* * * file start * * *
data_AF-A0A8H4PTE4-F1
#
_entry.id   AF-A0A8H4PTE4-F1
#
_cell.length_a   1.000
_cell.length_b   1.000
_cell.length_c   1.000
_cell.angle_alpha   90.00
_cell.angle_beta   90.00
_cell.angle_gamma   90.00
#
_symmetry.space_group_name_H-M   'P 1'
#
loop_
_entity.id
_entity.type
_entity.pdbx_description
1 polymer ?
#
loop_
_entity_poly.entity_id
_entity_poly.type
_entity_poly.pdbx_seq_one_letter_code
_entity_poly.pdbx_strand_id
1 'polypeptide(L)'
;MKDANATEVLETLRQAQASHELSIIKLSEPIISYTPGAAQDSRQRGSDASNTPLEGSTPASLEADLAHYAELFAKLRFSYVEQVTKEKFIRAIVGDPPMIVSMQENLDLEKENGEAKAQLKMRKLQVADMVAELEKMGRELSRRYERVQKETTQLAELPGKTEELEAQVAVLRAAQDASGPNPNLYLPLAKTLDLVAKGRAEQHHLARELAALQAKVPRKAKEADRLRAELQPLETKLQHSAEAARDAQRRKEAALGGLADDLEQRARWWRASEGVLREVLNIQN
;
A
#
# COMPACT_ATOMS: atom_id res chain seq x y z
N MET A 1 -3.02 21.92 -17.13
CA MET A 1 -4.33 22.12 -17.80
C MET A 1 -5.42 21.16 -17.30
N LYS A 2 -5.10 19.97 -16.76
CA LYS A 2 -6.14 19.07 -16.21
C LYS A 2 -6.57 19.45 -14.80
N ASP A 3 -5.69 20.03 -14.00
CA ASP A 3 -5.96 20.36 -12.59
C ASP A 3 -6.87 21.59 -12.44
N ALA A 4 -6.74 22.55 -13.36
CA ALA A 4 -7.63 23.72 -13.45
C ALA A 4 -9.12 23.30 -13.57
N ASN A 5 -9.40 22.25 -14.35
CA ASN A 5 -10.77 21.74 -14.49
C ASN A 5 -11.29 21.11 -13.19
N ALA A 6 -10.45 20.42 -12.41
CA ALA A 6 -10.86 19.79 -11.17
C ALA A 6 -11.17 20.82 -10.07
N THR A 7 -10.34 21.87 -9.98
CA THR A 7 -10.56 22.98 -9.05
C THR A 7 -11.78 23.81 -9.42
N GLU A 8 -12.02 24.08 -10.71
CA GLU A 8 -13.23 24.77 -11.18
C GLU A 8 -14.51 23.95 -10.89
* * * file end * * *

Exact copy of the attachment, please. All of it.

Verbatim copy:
data_AF-A0A8H4PTE4-F1
#
_entry.id   AF-A0A8H4PTE4-F1
#
_cell.length_a   1.000
_cell.length_b   1.000
_cell.length_c   1.000
_cell.angle_alpha   90.00
_cell.angle_beta   90.00
_cell.angle_gamma   90.00
#
_symmetry.space_group_name_H-M   'P 1'
#
loop_
_entity.id
_entity.type
_entity.pdbx_description
1 polymer ?
#
loop_
_entity_poly.entity_id
_entity_poly.type
_entity_poly.pdbx_seq_one_letter_code
_entity_poly.pdbx_strand_id
1 'polypeptide(L)'
;MKDANATEVLETLRQAQASHELSIIKLSEPIISYTPGAAQDSRQRGSDASNTPLEGSTPASLEADLAHYAELFAKLRFSYVEQVTKEKFIRAIVGDPPMIVSMQENLDLEKENGEAKAQLKMRKLQVADMVAELEKMGRELSRRYERVQKETTQLAELPGKTEELEAQVAVLRAAQDASGPNPNLYLPLAKTLDLVAKGRAEQHHLARELAALQAKVPRKAKEADRLRAELQPLETKLQHSAEAARDAQRRKEAALGGLADDLEQRARWWRASEGVLREVLNIQN
;
A
#
# COMPACT_ATOMS: atom_id res chain seq x y z
N MET A 1 -3.02 21.92 -17.13
CA MET A 1 -4.33 22.12 -17.80
C MET A 1 -5.42 21.16 -17.30
N LYS A 2 -5.10 19.97 -16.76
CA LYS A 2 -6.14 19.07 -16.21
C LYS A 2 -6.57 19.45 -14.80
N ASP A 3 -5.69 20.03 -14.00
CA ASP A 3 -5.96 20.36 -12.59
C ASP A 3 -6.87 21.59 -12.44
N ALA A 4 -6.74 22.55 -13.36
CA ALA A 4 -7.63 23.72 -13.45
C ALA A 4 -9.12 23.30 -13.57
N ASN A 5 -9.40 22.25 -14.35
CA ASN A 5 -10.77 21.74 -14.49
C ASN A 5 -11.29 21.11 -13.19
N ALA A 6 -10.45 20.42 -12.41
CA ALA A 6 -10.86 19.79 -11.17
C ALA A 6 -11.17 20.82 -10.07
N THR A 7 -10.34 21.87 -9.98
CA THR A 7 -10.56 22.98 -9.05
C THR A 7 -11.78 23.81 -9.42
N GLU A 8 -12.02 24.08 -10.71
CA GLU A 8 -13.23 24.77 -11.18
C GLU A 8 -14.51 23.95 -10.89